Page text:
This Author Spotlight
I had the pleasure of reading The Frozen Sky, about an international team of scientists who discovers something incredible on Io.
I'm pleased to welcome Jeff this week to discuss his latest novel Interrupt.
1. How did you get into writing and why do you write?
My father and my grandfather on my mother’s side were both heavy readers and especially interested in science fiction. In fact, my grandfather’s library included autographed copies of Isaac Asimov’s Foundation trilogy.
That means I grew up reading high concept, mind-croggling writers like Heinlein, Niven & Pournelle, Haldeman, Varley, you name it. As I grew older, I also discovered more literary blockbusters such as Michener and Auel, then more commercial madmen like King and Koontz.
Eventually I wanted to play, too. I wrote my first novel when I was thirteen. It was bad -- I mean it was atrocious -- but I enjoyed the work.
For me, writing is like playing an extremely good game of chess except to say that I’m not only the good guys and the bad guys, I’m also the chess board. Building worlds is involving and exciting and fun.
2. What do you like best and least about writing?
The best is when the words are flowing well or when a new revelation strikes. (“My God!” Jeff shouts to himself in his office. “What if she was actually the villian!?!”)
The worst is the waiting. The wheels in writing and publishing turn at glaaaaaaacial speeds. You can get old fast in this business, which means it’s always a pleasure to near the end of a project or to finally reach the book’s release day.
The main thing is to enjoy the process itself. Writers are crazy. The job description is sitting alone in a room listening to the voices in your head. It demands patience and persistence.
3. What is your writing process, i.e., do you outline? Do you stick to a daily word or page count, write 7 days a week, etc?
Keeping in mind that I’m a family man and we’re not exactly in the tax bracket where we employ maids, gardeners, cooks, and chauffers, I write 5 days a week for as many hours as possible. I’m also juggling all of those other jobs. We’re really, really busy. So my personal goal is six pages a day. Occasionally I achieve more. Often I achieve less. No question there are many writers who are more prolific, but I’m also engaged in real life outside my office.
As for outlining, I usually have several high points or scenes in mind for any given project. I move the story toward those high points, but I hate to outline because part of my motivation is finding out what happens next. If I’ve already worked out every little detail, then I’m just connecting the dots. It lessens my excitement.
4. Who are some other writers you read and admire, regardless of whether they are commercially “successful?”
Joel Shepherd writes killer high tech sf. Robert Crais and Nelson DeMille rank among my favorite suspense writers. It won’t surprise anyone that I also enjoy James Rollins and Preston & Child thrillers. Those guys are nuts!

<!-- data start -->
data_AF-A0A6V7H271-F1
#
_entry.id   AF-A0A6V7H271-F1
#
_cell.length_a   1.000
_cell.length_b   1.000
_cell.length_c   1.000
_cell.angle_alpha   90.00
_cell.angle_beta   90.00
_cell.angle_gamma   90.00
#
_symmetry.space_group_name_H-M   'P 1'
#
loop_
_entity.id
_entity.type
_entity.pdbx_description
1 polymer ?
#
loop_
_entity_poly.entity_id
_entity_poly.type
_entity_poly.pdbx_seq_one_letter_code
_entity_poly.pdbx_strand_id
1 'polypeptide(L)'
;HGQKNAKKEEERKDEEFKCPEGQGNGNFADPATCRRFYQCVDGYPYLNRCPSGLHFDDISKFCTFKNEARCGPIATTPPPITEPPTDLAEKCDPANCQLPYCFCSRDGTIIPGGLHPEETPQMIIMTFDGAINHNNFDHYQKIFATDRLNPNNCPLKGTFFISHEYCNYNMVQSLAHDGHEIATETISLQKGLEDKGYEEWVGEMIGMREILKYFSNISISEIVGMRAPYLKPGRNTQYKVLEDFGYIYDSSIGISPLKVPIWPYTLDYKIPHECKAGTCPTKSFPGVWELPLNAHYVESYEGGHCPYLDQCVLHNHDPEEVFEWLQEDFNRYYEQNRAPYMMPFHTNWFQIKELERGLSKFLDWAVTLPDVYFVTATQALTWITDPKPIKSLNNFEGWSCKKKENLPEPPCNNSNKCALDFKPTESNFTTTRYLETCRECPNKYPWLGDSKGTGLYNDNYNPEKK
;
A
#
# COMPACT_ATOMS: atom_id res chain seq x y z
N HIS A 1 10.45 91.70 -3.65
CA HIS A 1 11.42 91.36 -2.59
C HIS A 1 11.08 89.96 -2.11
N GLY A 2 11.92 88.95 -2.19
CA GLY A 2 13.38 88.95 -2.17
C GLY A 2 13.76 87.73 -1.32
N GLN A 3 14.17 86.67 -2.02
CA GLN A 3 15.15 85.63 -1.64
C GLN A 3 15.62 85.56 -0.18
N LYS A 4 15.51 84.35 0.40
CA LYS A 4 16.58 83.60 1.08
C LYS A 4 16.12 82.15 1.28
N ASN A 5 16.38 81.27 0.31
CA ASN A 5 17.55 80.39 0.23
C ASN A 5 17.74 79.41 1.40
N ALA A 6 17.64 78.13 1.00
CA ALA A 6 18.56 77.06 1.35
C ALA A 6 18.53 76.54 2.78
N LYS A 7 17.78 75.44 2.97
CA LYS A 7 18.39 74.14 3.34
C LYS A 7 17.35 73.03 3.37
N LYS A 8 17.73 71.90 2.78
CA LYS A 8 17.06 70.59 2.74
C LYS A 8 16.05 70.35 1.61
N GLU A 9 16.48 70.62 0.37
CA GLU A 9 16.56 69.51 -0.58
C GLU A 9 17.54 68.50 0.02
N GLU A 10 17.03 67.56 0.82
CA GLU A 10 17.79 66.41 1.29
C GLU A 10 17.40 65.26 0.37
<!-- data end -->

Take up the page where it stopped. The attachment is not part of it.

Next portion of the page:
5. Should the question mark in the previous question be inside or outside the quotes?
Outside, you fool. HA!
6. What’s your stance on the Oxford Comma?
I’ve reluctantly grown to love it as should every writer, reader, and editor…
The book is loosely based on a short story I wrote in 2002. Of course the short story was compact. It had loose threads galore. I just needed more parts of the puzzle, and I’m one of those guys who squirrels away interesting articles wherever I find ‘em, magazines, newspapers, web sites. Years later, the rest of the puzzle fell into place for me. Then I sat down and worked through it. Eventually I realized I had an epic disaster novel on my hands.
Here’s the back jacket copy:
“Riveting.” —Scott Sigler
“Edgy and exciting.” —Bob Mayer
In the distant past, the leader of a Neanderthal tribe
confronts the end of his kind. Today, a computational biologist,
a Navy pilot, and an autistic boy are drawn together by the
ancient mystery that gave rise to Homo sapiens.
Planes are falling from the sky. Global communications have ceased.
America stands on the brink of war with China — but war is the least
of humankind’s concerns. As solar storms destroy Earth’s electronics
and plunge the world into another Ice Age, our civilization finds
itself overrun by a powerful new species of man…
A sequel to The Frozen Sky.
9. What book(s) are you currently reading?
Gideon’s Corpse by Preston & Child, Half Way Home by Hugh Howey, plus an awesomely subversive nonfiction book called Everything Bad Is Good For You by Steven Johnson.
10. Who or what inspires your writing?
People ask me where I get my crazy ideas, to which I can only reply, “Everywhere.” Imagine what your great-grandparents would think if they found themselves walking down the street with handheld gadgets that allow them to connect instantly with anyone on the planet. We’re surrounded by real miracles in nanotech, robotics, deep-space astronomy, medicine, weapons technology. This morning’s news reads like a Philip K. Dick novel.
We live in an interesting world! That makes it an especially good time to be a writer.
Finally, is there anything you’d care to add? Please also include where people can read your published stories, buy your book, etc.
Books are available wherever books are sold, including at the links below.